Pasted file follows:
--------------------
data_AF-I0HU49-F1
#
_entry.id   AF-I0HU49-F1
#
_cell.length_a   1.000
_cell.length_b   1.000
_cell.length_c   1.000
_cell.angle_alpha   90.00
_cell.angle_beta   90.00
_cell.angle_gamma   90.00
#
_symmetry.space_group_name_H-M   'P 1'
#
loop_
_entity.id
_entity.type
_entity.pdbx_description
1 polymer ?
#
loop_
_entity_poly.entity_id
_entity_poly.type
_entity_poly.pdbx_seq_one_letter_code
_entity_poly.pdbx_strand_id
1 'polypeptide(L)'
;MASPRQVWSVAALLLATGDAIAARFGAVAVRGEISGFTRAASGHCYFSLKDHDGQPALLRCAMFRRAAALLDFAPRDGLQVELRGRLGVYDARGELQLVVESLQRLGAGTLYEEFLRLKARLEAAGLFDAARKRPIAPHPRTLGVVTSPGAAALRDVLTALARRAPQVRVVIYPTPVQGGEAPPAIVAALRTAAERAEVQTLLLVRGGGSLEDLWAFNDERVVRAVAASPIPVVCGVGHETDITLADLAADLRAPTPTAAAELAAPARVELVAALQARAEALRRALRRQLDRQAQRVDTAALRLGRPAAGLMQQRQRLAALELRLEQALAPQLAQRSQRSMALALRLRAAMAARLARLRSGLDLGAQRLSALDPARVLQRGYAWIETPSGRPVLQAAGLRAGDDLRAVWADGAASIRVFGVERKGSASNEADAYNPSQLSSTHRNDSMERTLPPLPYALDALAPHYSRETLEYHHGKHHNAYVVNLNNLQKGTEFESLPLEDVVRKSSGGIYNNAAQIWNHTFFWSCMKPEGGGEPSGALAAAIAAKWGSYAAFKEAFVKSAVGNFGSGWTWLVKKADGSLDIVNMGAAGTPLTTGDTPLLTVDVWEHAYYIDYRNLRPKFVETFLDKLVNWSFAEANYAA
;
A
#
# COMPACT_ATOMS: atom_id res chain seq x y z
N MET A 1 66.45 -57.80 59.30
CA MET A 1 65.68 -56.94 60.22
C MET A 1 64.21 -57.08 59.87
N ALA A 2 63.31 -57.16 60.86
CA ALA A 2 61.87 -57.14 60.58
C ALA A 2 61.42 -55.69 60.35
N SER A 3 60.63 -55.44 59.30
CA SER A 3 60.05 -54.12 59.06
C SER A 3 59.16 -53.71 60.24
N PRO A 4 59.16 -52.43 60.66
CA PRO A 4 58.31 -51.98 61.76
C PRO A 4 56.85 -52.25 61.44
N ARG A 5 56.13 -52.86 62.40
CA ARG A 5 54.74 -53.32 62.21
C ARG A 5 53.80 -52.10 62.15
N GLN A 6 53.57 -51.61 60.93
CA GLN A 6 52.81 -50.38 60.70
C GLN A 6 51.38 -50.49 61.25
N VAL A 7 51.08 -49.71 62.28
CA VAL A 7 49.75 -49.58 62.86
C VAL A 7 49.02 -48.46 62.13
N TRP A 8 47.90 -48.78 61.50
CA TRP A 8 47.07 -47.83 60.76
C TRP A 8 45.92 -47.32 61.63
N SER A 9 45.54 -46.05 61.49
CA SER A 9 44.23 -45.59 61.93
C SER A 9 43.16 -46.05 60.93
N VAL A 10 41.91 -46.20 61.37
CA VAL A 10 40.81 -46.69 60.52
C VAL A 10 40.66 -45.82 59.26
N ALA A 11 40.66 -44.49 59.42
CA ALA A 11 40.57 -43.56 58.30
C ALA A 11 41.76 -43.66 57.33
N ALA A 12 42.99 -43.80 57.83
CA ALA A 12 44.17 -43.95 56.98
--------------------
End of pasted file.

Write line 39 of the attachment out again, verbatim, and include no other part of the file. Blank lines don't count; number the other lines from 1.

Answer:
C SER A 3 59.16 -53.71 60.24